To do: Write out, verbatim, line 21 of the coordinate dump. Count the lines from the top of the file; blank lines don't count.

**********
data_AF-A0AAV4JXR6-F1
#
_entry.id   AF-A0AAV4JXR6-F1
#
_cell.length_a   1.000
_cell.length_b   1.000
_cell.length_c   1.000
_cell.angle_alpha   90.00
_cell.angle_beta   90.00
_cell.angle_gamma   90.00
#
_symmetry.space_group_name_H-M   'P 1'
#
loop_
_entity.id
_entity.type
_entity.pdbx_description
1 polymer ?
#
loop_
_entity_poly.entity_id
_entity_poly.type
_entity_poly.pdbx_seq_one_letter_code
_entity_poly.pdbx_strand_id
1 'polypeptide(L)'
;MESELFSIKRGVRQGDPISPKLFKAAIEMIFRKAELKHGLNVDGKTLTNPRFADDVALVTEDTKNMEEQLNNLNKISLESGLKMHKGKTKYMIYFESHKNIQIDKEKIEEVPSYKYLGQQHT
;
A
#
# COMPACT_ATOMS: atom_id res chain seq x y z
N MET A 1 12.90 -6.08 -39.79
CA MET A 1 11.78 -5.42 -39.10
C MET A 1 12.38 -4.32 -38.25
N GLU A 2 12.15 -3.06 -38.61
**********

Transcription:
_entity_poly.entity_id